I figured I write a short blog about SharePoint, logical / physical architecture, YET AGAIN!!!
Well I actually received some advice that made me want to tweak my message a little. If you read my earlier blog series on SharePoint 2010 Service architecture you will know how much SharePoint 2010 has changed. Then you may have also read my series on the new SharePoint 2010 Search architecture and found out there have been tons of interesting changes here too.
I had a great presentation from Shane Young (SharePoint MVP) which drove me to write this blog. What I realized is I have to stop thinking about architecting in SharePoint 2007 and take advantage of SharePoint 2010. Heck I should know them given all the new architecture features I have been writing about all this time.
In many SharePoint 2007 implementations, the one service we had much of our planning around was SharePoint Search and the SSP. Now all of those limitations are gone.
I am commonly asked how many servers I need to get started with SharePoint 2010. Now that is a LOADED question because such things as SQL high availability, network, service utilization, enterprise features, etc. which all play into an optimum configuration of SharePoint 2010. There really is no one size fit all. However there is always a good place to start the discussion. Shane Young provided two recommendations which I liked the best.
The Three Server Farm
This one is pretty fun one when you think about. There are a ton of SharePoint 2007 environments out there where there are 3 SharePoint servers and with dedicated SQL Servers. In those cases there are two web front ends and one application server. The one application server runs the index service, maybe something like Excel and the search query services are running on the web front ends. In the SharePoint 2007 days, this gave some good redundancy but with SharePoint 2010 we can do better.
Now one approach you can consider in SharePoint 2010 is just making all three servers the same. Rather novel idea right?
- You now have web traffic distributed across three web front ends.
- All three servers can support SharePoint 2010 services traffic such as Excel, Visio, Access, etc.
- Search crawler service should be pretty spiffy because you can configure all three servers to perform full crawling during off hours, and partial crawls depending on how fresh you need to keep search.
- All three servers can be made redundant from a search perspective by having index mirrors.
- Search results will actually be quicker because you will have three index partitions that can be searched across simultaneously.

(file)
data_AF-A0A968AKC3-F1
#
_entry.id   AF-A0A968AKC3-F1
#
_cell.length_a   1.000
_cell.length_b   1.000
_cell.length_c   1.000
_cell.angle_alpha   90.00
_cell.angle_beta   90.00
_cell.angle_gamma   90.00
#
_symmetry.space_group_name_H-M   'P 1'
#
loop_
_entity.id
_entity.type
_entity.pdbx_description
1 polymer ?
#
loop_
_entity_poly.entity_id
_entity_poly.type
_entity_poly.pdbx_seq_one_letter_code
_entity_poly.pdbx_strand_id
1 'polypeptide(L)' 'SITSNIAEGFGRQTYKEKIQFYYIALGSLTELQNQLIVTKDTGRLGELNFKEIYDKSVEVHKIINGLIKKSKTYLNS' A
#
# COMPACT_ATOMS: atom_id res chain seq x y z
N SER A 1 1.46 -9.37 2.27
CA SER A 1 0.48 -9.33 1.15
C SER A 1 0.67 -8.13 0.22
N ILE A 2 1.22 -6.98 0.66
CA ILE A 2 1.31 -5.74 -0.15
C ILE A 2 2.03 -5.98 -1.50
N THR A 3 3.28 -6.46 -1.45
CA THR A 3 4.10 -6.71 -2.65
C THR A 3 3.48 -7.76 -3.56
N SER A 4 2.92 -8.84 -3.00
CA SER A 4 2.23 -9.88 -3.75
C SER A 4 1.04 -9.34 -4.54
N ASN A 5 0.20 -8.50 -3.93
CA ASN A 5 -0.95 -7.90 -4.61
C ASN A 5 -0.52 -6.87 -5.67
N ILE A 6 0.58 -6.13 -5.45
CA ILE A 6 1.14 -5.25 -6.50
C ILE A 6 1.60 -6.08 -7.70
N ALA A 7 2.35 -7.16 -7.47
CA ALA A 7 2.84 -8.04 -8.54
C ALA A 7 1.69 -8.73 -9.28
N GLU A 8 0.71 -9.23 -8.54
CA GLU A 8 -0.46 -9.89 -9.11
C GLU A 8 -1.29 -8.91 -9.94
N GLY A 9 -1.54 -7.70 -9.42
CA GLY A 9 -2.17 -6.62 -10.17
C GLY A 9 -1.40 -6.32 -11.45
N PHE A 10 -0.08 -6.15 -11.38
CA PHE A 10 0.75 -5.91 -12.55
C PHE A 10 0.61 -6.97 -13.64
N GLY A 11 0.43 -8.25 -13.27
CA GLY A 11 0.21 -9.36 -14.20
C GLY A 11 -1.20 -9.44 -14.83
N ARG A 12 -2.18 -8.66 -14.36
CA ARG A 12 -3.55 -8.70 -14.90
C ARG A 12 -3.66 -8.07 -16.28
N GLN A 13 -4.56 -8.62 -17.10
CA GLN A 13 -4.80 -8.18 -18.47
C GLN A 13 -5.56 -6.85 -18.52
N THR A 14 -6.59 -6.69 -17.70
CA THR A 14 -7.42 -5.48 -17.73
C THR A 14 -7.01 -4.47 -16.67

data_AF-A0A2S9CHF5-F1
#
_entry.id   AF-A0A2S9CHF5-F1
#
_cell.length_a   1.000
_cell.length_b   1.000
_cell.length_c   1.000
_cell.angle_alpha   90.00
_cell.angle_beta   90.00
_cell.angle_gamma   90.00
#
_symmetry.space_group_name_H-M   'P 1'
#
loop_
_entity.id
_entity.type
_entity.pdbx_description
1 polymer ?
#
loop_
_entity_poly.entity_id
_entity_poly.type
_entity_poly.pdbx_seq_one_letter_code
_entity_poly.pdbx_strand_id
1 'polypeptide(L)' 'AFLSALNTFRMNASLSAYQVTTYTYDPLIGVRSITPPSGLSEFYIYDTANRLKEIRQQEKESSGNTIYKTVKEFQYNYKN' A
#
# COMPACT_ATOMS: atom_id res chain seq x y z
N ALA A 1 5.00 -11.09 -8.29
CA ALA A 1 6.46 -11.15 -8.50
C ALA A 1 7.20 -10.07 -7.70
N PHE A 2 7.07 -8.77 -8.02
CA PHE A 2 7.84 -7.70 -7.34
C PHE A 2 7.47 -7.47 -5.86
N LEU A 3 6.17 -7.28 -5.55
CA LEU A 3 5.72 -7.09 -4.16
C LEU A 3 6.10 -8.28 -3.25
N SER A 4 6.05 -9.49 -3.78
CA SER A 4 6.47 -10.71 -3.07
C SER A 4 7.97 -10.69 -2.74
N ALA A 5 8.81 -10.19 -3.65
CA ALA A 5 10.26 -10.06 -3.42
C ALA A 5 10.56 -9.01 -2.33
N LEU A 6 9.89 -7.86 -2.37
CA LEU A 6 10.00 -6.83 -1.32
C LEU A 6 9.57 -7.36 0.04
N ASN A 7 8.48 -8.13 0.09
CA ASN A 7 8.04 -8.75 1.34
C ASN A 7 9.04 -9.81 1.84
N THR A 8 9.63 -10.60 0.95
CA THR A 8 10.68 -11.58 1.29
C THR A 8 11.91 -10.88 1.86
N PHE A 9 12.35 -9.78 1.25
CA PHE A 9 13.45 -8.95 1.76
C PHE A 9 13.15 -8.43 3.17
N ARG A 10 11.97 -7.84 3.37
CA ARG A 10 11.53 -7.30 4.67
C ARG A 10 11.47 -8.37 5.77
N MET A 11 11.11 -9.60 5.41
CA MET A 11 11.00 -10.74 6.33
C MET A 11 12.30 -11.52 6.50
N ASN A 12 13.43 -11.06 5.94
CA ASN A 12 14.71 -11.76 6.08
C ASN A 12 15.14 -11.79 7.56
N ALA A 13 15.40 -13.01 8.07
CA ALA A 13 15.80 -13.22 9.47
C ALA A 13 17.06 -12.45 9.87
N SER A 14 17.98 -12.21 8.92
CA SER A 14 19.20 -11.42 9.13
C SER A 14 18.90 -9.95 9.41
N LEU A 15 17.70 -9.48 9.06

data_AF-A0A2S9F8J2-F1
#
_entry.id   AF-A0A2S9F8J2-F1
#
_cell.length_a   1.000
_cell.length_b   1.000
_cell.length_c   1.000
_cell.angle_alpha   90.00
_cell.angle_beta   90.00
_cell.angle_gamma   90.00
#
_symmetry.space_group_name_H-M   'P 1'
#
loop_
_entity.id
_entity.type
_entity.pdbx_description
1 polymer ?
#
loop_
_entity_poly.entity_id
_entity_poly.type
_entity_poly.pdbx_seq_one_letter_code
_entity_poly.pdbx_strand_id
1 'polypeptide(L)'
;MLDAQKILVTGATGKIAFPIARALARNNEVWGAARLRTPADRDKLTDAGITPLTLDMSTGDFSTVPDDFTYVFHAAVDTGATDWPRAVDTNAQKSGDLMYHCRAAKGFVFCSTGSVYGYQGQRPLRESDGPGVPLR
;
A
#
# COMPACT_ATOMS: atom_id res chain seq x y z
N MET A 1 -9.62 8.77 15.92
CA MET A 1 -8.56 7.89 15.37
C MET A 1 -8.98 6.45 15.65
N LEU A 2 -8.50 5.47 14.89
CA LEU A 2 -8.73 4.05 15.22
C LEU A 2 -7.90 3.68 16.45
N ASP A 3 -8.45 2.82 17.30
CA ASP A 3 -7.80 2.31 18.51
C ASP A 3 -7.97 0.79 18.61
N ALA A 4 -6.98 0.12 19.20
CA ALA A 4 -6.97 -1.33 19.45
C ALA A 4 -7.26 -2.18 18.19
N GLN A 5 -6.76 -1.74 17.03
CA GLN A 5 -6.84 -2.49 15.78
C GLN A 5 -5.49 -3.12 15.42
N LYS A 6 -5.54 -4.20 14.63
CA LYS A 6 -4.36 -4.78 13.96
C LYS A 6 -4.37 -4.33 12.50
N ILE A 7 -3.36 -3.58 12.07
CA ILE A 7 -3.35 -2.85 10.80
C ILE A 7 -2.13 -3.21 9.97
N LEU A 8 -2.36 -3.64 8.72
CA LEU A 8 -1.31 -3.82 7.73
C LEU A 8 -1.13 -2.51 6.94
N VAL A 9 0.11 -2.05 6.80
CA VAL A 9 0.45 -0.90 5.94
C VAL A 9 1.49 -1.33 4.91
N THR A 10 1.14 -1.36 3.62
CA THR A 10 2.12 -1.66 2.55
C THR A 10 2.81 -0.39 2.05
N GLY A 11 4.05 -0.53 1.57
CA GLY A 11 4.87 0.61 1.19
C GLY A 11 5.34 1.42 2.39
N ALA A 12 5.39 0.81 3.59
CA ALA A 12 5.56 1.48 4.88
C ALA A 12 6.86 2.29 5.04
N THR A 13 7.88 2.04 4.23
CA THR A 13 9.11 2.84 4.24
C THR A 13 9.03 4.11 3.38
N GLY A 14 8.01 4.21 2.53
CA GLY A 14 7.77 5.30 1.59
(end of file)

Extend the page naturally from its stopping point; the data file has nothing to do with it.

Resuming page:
Now I had a colleague point out that this does not fly well because “this does not maximize the separation of services architecture from the web front ends”. I get and completely understand that standpoint but I really do not think that should be a consideration for disqualifying this option. Even though everything is running on each machine, the SharePoint roles / services will continue to run independently in different IIS websites, in separate application pools and with different accounts. There is no reason why you cannot continue to configure it as it if they are running on different machines. This is probably a good thing too because someday you will have to scale SharePoint up to meet demand. Remember you can always scale up by adding boxes or separating services onto their own dedicated machines. All I can say is configure SharePoint 2010 based on your requirements, adhere to best practices, plan as much as you can and do the right configuration for your company.
The Four Server Farm
Now let’s look at a four server SharePoint farm. There will be cases where the three server farm recommendation will not make sense for whatever the valid reason. In this configuration we go a little more “traditional”. In this case, Shane recommend two web front ends and then two application servers.
- We have two dedicated web front ends. Add more if you need to.
- Application services will run on the same application servers with search. Hopefully they will not interfere with full crawls unless you require dedicated resources for the application services. If you need; just add more application servers.
- The two application servers give us the needed redundancy we need for search. You will have two crawlers and two index partitions with mirrors to start with.
- One little trick I was told for this configuration is you should also configure the application servers where the Search crawling component is running to also be web front ends (WFE). Do not load balance them with the other WFEs. Then add the SharePoint site URLs to be searched as entries into the hosts file on the application servers to point back to itself and not to the load balanced URL. What this effectively does is trick the crawler into crawling the WFE on the application server. This will give performance improvements twofold. First the load balanced WFEs where users access content will have no performance issues associated to the crawler crawling content. Second, the load of the network will be reduced because nothing will go across the wire when indexing is occurring.
- High Availability – SQL is a big player in this discussion and you need to read this blog.
- FAST for SharePoint 2010 - Now if you are going to consider using FAST for SharePoint, I would probably vote for the three server architecture recommendation as a starting off point. Here is a blog series on FAST for SharePoint 2010 if you are interested.
As I have said, there is no one size fits all. This is just a place to start and based on your plans you will scale up the SharePoint 2010 architecture as needed.